History of Chehalis River Hatchery


Since 1982, the Chehalis River Hatchery has been a Fisheries and Oceans operated facility.

Costing a total $6.5 million to build, this federally run facility uses modern fish culture techniques to enhance salmonid populations in the Harrison River system, including that of:

  • coho salmon (Oncorhynchus kisutch),
  • chinook salmon (Oncorhynchus tshawytscha),
  • chum salmon (Oncorhynchus keta),
  • pink salmon (Oncorhynchus gorbuscha),
  • steelhead trout (Oncorhynchus mykiss), and
  • anadromous cutthroat trout (Oncorhynchus clarki).

    Depending on species, juvenile fish, called fry, are reared for two months to a year. They are released into the Chehalis and Harrison rivers where they migrate to the Fraser River and then to the Pacific Ocean. Again depending on species, they will spend up to four years in salt water and then return to the Chehalis River to spawn.

    The hatchery provides a considerable year-round freshwater sport fishery with the production of coho, summer and fall chinook, summer and winter steelhead, and cutthroat trout. It also provides fishermen with daily information on local water conditions, access, angling success, and fish numbers. The saltwater commercial and sport fisheries benefit from the chinook, coho, and chum that are produced. In addition to fishermen, the facility is visited by hundreds of tourists, school children, and the general public for educational and recreational purposes.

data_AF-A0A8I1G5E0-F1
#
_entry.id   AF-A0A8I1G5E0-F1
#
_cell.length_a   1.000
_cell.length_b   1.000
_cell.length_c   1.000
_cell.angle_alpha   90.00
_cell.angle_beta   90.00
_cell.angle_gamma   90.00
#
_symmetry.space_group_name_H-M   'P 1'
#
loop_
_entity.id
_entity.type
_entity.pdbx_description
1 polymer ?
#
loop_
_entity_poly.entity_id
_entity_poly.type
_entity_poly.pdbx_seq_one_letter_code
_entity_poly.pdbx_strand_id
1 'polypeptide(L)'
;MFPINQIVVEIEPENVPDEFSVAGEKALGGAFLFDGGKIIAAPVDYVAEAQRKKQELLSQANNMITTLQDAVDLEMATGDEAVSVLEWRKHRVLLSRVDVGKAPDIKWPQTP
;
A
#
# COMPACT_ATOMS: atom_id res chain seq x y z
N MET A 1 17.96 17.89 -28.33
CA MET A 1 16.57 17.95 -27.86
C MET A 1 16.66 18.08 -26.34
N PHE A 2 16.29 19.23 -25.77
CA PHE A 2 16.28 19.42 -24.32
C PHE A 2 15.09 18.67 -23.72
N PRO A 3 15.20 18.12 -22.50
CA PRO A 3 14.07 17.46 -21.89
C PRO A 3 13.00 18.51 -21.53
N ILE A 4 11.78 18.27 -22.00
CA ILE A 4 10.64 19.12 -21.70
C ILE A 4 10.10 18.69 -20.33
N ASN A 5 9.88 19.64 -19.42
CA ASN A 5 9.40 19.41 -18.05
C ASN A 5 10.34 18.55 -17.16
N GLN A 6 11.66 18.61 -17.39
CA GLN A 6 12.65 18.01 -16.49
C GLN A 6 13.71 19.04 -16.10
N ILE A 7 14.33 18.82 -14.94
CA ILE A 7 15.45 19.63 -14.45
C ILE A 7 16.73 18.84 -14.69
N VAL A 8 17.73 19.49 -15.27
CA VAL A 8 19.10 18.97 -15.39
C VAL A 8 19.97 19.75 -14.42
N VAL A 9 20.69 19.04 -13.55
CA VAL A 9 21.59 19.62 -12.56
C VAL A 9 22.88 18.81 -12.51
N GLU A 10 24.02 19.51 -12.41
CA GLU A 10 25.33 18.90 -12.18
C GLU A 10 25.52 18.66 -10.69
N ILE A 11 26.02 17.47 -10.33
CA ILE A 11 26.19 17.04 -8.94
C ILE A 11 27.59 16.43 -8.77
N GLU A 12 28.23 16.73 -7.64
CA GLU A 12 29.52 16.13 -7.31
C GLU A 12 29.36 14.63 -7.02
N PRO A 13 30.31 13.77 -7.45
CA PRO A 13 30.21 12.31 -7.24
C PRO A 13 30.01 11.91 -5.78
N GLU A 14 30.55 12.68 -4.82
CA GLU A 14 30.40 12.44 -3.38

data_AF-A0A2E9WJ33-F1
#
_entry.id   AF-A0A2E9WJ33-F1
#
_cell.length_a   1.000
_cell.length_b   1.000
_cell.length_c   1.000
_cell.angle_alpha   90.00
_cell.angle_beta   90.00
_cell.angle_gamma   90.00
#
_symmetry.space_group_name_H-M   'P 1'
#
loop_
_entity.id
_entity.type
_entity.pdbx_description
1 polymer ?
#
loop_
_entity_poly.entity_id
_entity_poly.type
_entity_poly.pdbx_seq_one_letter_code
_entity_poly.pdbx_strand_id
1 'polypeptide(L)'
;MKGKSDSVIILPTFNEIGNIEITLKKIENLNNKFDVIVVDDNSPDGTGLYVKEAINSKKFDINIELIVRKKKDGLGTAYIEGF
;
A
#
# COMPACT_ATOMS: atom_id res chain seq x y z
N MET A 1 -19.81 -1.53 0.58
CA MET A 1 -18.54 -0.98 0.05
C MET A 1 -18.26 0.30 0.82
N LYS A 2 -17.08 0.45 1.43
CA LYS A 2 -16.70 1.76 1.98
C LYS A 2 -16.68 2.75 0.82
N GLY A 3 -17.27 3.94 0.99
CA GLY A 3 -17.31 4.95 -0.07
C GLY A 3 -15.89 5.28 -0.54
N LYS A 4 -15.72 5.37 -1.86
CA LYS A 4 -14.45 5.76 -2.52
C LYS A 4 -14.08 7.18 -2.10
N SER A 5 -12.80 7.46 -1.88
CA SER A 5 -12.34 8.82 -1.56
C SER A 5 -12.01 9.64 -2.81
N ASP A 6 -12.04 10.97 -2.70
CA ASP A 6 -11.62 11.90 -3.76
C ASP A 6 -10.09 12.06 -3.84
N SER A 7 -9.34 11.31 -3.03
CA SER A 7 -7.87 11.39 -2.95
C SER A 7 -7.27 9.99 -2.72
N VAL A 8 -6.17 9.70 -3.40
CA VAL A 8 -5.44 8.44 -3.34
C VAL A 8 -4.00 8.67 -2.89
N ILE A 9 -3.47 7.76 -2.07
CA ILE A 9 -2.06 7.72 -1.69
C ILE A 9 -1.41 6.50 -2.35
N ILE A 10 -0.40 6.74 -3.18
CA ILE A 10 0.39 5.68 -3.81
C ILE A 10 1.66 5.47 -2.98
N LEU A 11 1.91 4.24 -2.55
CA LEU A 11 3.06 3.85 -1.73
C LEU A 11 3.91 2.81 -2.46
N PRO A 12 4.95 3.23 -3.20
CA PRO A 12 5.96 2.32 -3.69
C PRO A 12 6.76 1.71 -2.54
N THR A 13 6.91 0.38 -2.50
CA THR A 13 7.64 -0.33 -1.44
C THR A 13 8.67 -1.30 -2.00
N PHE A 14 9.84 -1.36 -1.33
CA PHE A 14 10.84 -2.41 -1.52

The Chehalis River Hatchery is rearing trout for the Fraser Valley Trout Hatchery, which is run by the Freshwater Fisheries Society of BC. The adult trout are spawned at the Fraser Valley Trout Hatchery facility. These trout include rainbow, summer and winter steelhead, and cutthroat. Juvenile trout are transported using the society’s Live Trout tank trucks to the Chehalis River Hatchery where they are held for 6 months to 2 years. The Freshwater Fisheries Society of BC then takes the rainbow trout and distributes them to approximately 20 lakes throughout the lower mainland. The cutthroat trout are taken to Weaver Creek, Harrison River and the remainder are released from the hatchery. All steelhead are released from the Chehalis Hatchery. This provincial fish-stocking program is crucial to the recreational fishing in the lower mainland.

    The Chehalis First Nation and the Chehalis River Hatchery also work together. The Chehalis First Nation helps the hatchery with fry production and also harvest surplus returns of chum and coho that return to the hatchery.